Council's Change of Guard, Press Access Doubted, Japan We
Hardly Knew Ye
December 28 -- Three of the five Ambassadors leaving the
Security Council, and one of the five coming on, did press
conferences at the UN this month. Some wonder if this portends even
less transparency by the Security Council and its elected
Austria, Mexico and Uganda briefed the dwindling ranks of UN
correspondents in December. Thomas Mayr-Harting of Austria focused on
his chairmanship of the Al Qaeda and Taliban Sanctions committee,
making much of small increases in due process.
asked him about another committee he chaired, on Sudan sanctions, and
the report on Chinese bullets in Darfur. Mayr-Harting forthrightly
replied that he forwarded the report to December's Council president,
the United States, and it was up to the US to release the report.
inquiry with a US Ambassador led to a promise of a response from the
US Mission's spokesman, which has yet to come.
Mexico briefed on the morning of December 23. His sanctions work
involved Somalia; he is known to have waited for days in the
Frankfurt airport after the Icelandic volcano's explosion, waiting to
fly to Eritrea. He never spoke publicly at the time of the outcome,
saying he had to first brief the Council.
news purposes, this
timing doesn't work.
asked Heller if he thought the Security Council's few informal
meetings about the bloody fighting in Sri Lanka in 2009 had any
effect. Like Mayr-Harting, Heller claimed that the basement sessions
may have saved some lives. Could more than 40,000 people have been
Mexico's role has been clearer in the recent press statement
on Cote d'Ivoire, referencing an earlier Mexican drafted statement
about the safety of UN personnel.
of Uganda, later on December 23, took questions from two
correspondents on wider African issues, saying the UN should do more
against the Lord's Resistance Army and should finally hold the
promised referendum in Western Sahara.
the Cote d'Ivoire's
Laurent Gbabgo should be given a “comfortable” way to leave that
asked if comfortable meant immunity, even impunity. Rugunda shook his
head, and asked to substitute the word “safe” for comfortable.
The unstated backdrop was Nigeria's decision to hand over Charles
Taylor to the Sierra Leone Tribunal in the Hague.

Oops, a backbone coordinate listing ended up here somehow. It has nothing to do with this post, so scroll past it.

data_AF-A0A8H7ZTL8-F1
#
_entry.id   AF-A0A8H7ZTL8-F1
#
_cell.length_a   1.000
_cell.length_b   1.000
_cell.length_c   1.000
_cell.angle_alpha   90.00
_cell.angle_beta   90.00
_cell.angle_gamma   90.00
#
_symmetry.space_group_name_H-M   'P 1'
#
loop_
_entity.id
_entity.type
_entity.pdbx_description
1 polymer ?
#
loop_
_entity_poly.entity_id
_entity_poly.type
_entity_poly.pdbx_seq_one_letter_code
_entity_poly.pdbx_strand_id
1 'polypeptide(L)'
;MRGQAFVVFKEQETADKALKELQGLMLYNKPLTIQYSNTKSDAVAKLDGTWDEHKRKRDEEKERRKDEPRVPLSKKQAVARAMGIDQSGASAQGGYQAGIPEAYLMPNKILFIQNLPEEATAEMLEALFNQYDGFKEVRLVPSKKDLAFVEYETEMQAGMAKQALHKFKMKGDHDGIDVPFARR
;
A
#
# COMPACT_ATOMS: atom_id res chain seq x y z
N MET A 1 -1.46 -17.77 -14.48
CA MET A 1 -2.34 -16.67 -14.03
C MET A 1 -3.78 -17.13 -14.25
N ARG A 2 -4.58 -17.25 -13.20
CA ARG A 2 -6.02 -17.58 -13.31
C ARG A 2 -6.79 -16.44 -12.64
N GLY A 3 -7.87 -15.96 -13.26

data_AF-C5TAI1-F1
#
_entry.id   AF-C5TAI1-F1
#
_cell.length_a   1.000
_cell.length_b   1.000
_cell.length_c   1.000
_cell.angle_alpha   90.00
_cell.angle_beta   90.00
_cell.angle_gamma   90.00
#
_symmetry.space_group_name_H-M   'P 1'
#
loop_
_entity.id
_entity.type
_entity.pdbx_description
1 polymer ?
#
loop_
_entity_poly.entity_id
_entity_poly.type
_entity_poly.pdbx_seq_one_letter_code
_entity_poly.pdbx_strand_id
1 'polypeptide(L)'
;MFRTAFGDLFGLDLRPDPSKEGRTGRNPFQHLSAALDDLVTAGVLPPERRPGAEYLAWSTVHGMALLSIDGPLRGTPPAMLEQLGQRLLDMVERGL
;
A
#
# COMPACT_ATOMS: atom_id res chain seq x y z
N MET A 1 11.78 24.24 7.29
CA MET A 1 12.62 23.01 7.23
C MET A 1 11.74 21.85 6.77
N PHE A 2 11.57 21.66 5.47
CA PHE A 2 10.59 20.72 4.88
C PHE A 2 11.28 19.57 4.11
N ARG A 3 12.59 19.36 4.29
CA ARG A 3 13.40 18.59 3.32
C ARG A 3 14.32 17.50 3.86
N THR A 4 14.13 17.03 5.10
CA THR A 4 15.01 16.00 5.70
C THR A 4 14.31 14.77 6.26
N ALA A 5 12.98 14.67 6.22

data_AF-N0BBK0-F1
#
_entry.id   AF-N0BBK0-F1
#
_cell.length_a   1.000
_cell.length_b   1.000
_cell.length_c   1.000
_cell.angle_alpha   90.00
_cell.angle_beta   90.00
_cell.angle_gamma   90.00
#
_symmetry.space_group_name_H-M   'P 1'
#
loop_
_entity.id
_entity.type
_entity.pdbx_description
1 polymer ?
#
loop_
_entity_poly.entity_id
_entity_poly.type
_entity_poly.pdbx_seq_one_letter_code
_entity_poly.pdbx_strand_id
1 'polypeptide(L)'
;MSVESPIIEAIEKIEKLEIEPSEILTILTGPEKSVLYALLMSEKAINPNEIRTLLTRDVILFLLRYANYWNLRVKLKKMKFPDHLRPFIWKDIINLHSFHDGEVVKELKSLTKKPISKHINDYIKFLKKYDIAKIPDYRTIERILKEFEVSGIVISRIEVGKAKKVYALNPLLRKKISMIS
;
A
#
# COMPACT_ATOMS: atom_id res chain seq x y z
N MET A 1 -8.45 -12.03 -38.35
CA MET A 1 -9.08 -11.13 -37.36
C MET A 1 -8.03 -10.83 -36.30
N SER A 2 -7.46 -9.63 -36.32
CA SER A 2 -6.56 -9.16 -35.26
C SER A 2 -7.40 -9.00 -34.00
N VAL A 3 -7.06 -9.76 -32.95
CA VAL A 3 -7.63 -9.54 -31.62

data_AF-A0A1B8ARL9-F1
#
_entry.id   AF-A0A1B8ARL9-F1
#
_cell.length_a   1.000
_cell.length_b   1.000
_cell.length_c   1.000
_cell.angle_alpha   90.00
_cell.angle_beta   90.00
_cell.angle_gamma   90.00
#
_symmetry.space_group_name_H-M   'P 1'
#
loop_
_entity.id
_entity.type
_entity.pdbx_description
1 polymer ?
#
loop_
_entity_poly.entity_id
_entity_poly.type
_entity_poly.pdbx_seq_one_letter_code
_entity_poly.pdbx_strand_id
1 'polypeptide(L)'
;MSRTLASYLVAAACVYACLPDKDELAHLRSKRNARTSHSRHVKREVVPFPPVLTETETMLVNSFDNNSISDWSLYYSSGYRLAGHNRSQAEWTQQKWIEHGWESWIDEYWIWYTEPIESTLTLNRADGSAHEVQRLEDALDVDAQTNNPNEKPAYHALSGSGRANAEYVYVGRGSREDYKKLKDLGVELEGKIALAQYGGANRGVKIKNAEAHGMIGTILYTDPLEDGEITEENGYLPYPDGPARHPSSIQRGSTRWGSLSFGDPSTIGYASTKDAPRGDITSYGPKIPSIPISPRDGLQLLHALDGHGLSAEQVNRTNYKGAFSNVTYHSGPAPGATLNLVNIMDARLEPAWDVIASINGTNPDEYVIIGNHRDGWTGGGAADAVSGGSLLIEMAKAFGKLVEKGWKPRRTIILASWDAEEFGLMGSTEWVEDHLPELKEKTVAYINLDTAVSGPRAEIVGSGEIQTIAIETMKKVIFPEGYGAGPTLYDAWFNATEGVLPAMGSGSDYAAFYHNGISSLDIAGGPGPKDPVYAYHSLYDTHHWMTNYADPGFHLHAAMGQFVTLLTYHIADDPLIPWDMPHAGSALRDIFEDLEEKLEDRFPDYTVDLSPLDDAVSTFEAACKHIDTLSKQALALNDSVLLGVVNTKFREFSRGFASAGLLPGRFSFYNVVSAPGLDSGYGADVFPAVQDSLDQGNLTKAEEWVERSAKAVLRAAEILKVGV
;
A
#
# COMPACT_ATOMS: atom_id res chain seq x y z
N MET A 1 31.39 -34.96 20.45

grenade attack on a Kampala bound bus in Kenya, Inner City Press
asked if Rugunda would be seeking some Council action. He said an
investigation of the blast continued, but it was hard for him to
believe that hand grenades are normal baggage for such a trip.
question, Inner City Press asked about President Museveni's brother's
involvement in Saracen, a company working murkily as a private
military contractor in Mogadishu and in Puntland. Rugunda, in defense
of his President, said that the brother is a retired general and of
course such people must find something to do.
programs have “nothing to do with AMISOM,” the UN supported
African Union force in which Ugandan soldiers are the majority.
something of an
encore swansong, Austria's Mayr-Harting appeared at an ill attended
stakeout on a relatively obscure but not unimportant point: the
International Criminal Tribunals' residual mechanisms, which some
call “Fall Back for Mladic.” At least Mayr-Harting spoke.
Turkey's Apakan and the relatively new Japanese Ambassador Tsuneo
Nishida? Apakan is a pleasant man who patiently speaks to journalists
outside the meetings of the North Korea sanctions committee he's
chaired. But he predicts what the press will asks and dodges the
questions in advance. While he scarcely explained his country's vote
on Iran sanction, on Cyprus he was more forthcoming.
heard from, at least in English, after Ambassador Yukio Takasu left,
now to return for an ill defined UN position on Human Security.
Nishida, we hardly knew ye. Even with Japan leaving the Council, a
return to the briefings at the Mission for non-Japanese reporters,
previously held by then Deputy Permanent Representative Takahiro
Shinyo, is recommended.
Scrum of Council members, press access not shown
members, India's Ambassador did a sit down on the record lunch for
much of the UN press corps. Afterward he complained of being
misquoted, got one correction, and asked Inner City Press whether it
is worth it to do it again in the future.
answer is, yes.
of the Permanent Five members' Ambassadors do regular briefings for
at least some of the press corps. The half is the US; the French, as
Inner City Press not without controversy reported, explicitly
excluded all reporters from Lebanon, at least for a time. China and
Russia should speak more is the consensus position, at least to
gave an interview about his country's Council plans, but
only in Germany. South Africa has an able team at the UN but has yet
to speak. (Their last public statement was to explain in the General
Assembly voting for protection of homosexuals language that they had
voted against in the Third Committee.)
conducted a notable but at least for this year unsuccessful fight to
try to chair the Council's Working Methods committee, has yet to
speak publicly to correspondents, although the door of Jose Filipe de
Moraes Cabral seems open. Of Colombia little is known, although
President Santos did attend the recent ICC State Parties conference
in New York.
remaining five, Bosnia,
will preside over the Security Council in
January, with what at least at first looks like a light agenda, other
than Sudan. We'll be there -- watch this site.
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